New Orleans Inspector General Ed Quatrevaux on Wednesday withdrew a controversial bid to oust Susan Hutson, the city’s independent police monitor, saying the two have reached an agreement to divide their offices after years of acrimony.
Just weeks after he authored a stinging critique of Hutson’s performance, Quatrevaux said he had decided for the good of the city to rescind his recommendation to the Ethics Review Board that she be terminated.
Both officials signed a notarized agreement in the office of City Councilman Jared Brossett on Wednesday to split their respective offices by means of a City Charter amendment.
The accord, which came about a week before Quatrevaux was due to argue his case for Hutson’s firing at a public meeting of the ethics panel, will give Hutson “complete autonomy” moving forward, the inspector general said.
“What’s important now is getting the community focused back on our important work,” Quatrevaux said in an interview. “What was a personnel matter had become too divisive. I decided it would be in everybody’s best interest not to put our community through that process.”
The move marked a retreat for Quatrevaux, who appeared to have miscalculated the political ramifications of his effort to have Hutson dismissed. Her supporters mobilized quickly to oppose his push to fire her, organizing a petition drive and holding community forums against the move.
The police monitor, sounding elated, said Wednesday that New Orleans residents had rallied to her defense in overwhelming fashion, affirming the importance of an office that for years has harbored something of a inferiority complex.
Hutson specifically credited the efforts of Brossett and Councilwoman LaToya Cantrell, who sponsored an ordinance that would have raised the threshold the Ethics Review Board needed to fire the monitor.
“Today is independence day for the independent police monitor,” Hutson said.
The agreement calls for a separation of the two offices and for Hutson and her staff to move out of their shared office space at the Federal Reserve Building on St. Charles Avenue by the end of the year — ending an awkward arrangement in which two officials who were often at odds worked within feet of each other.
Hutson said the arrangement also will boost her office’s funding from less than $600,000 a year to about $950,000 a year — an increase that will allow her to add to her staff.
“It’s awesome,” Hutson said.
The charter amendment, slated to be put before voters in April, would dedicate a specific portion of the city’s general fund to the Office of Independent Police Monitor, meaning the office would not have to depend on allocations from the inspector general. Brossett plans to introduce it at Thursday’s City Council meeting.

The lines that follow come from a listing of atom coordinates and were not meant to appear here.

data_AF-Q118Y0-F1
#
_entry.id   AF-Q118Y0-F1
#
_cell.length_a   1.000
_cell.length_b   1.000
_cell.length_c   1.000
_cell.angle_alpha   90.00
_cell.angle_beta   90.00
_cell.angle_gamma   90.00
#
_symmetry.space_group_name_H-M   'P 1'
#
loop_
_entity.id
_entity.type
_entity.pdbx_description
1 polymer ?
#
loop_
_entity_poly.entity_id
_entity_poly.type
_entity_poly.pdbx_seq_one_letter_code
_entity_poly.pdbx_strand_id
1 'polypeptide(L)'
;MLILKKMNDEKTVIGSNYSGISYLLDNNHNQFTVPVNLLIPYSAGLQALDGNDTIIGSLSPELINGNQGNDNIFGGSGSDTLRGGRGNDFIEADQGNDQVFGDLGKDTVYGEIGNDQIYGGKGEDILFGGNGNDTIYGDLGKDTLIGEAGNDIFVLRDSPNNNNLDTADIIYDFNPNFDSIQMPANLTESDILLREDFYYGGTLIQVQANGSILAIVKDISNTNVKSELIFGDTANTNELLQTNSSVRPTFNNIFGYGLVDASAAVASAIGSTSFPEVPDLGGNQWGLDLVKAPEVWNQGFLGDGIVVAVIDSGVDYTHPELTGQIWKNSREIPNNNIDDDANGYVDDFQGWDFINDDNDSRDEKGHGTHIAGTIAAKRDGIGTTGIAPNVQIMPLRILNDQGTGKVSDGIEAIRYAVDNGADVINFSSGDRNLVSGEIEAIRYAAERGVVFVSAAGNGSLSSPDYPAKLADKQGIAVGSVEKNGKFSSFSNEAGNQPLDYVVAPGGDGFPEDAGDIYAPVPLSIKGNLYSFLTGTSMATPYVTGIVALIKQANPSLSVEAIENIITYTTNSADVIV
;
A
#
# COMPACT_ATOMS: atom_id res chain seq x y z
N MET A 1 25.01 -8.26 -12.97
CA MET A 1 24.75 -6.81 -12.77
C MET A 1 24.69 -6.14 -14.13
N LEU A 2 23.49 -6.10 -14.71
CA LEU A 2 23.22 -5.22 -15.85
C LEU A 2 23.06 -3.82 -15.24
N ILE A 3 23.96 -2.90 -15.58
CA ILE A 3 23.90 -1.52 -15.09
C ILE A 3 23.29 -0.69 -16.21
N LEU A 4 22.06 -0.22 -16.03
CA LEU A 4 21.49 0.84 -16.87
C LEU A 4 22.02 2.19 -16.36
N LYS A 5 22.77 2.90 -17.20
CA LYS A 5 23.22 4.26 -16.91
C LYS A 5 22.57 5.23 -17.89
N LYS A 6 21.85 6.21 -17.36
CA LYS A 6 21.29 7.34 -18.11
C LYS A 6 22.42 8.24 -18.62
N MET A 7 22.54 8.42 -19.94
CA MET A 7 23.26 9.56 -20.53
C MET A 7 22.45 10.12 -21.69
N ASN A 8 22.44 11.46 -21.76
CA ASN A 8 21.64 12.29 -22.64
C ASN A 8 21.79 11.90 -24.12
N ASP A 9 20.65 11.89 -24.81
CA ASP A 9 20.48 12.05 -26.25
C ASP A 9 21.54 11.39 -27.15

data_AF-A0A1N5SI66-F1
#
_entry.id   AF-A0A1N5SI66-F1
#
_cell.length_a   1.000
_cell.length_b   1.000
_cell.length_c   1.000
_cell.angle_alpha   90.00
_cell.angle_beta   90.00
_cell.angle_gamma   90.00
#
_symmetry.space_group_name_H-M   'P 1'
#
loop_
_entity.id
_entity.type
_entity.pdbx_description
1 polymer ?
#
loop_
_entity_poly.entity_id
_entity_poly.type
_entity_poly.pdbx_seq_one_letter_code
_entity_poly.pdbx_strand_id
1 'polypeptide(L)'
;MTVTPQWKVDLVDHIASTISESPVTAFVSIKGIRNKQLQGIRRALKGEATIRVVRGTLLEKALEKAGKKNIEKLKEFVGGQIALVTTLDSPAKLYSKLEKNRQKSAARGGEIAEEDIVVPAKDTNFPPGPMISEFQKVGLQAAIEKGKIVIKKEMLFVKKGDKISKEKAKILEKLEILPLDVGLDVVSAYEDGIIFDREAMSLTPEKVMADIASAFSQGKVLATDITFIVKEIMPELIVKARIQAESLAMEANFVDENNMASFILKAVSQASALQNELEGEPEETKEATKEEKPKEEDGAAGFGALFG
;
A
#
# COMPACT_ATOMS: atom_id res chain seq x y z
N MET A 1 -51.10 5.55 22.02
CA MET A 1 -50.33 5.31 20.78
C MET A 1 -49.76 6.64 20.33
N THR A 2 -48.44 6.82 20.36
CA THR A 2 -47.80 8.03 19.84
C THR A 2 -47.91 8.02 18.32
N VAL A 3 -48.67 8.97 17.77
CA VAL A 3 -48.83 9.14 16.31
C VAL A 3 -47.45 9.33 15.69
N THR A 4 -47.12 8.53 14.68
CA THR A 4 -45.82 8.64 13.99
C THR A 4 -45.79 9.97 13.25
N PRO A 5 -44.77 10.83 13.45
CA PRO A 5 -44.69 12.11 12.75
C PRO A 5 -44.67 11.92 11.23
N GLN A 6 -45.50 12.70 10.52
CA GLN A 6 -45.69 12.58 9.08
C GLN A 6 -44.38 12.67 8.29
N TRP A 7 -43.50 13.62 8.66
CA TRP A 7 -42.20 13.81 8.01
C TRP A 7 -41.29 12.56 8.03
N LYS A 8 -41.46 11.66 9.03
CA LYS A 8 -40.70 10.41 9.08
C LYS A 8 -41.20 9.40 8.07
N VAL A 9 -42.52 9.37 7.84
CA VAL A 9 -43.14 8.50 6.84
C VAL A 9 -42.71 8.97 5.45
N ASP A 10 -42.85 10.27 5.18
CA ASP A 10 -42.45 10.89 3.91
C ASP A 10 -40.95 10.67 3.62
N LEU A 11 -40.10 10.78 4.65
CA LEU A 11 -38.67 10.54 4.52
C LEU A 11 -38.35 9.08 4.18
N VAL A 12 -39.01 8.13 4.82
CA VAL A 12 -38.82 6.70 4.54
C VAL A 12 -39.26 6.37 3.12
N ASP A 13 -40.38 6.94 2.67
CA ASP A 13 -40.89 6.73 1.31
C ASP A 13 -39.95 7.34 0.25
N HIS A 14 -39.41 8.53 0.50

“The important thing as a legislator and as a public servant is to see that this comes to a resolution as quick as possible, and that there is some common ground,” Brossett said.
At present, the charter says that Quatrevaux’s office receives 0.75 percent of the city’s general fund operating budget each year. This year, that amounts to a bit more than $4 million. He then would decide how much to allocate to Hutson’s office.
The proposed charter amendment says the Inspector General’s Office will get 0.59 percent of the budget and the Independent Police Monitor’s Office will get 0.16 percent.
Brossett said he expects the charter amendment to pass with ease. In the event that it does not, the inspector general and police monitor agreed they would then negotiate a memorandum of understanding that would “honor” Hutson’s independence and funding stream.
By dropping his bid to fire Hutson, Quatrevaux sidestepped what could have been an acrimonious debate over Hutson’s allegation that “race and gender politics (were) at issue” in his bid to fire her. The Ethics Review Board’s scheduled Oct. 23 hearing had been expected to produce fireworks in the form of public comments.
“She has done the work that the community asked her to do,” said Pat Bryant, of the group Justice and Beyond, which organized a forum in support of Hutson last week that was followed by one hosted by the Nation of Islam. “How dare anyone try to fire her (for) doing the community’s work?”
In a statement, the inspector general said his recommendation to have Hutson removed — based on a list of grievances in which he portrayed the police monitor as incompetent and unethical — had been “misinterpreted as an effort to eliminate the office.”
“My intention was to strengthen it,” Quatrevaux said.
David Marcello, a Tulane University law professor who focuses on governmental ethics, applauded Hutson and Quatrevaux for putting aside their hostilities.
“We can now expect that they will spend less time being involved in a struggle with each other and more time doing the things their offices are set up under the home-rule charter to do,” Marcello said. “I think it’s a big win for the entire community.”
Follow Jim Mustian on Twitter, @JimMustian.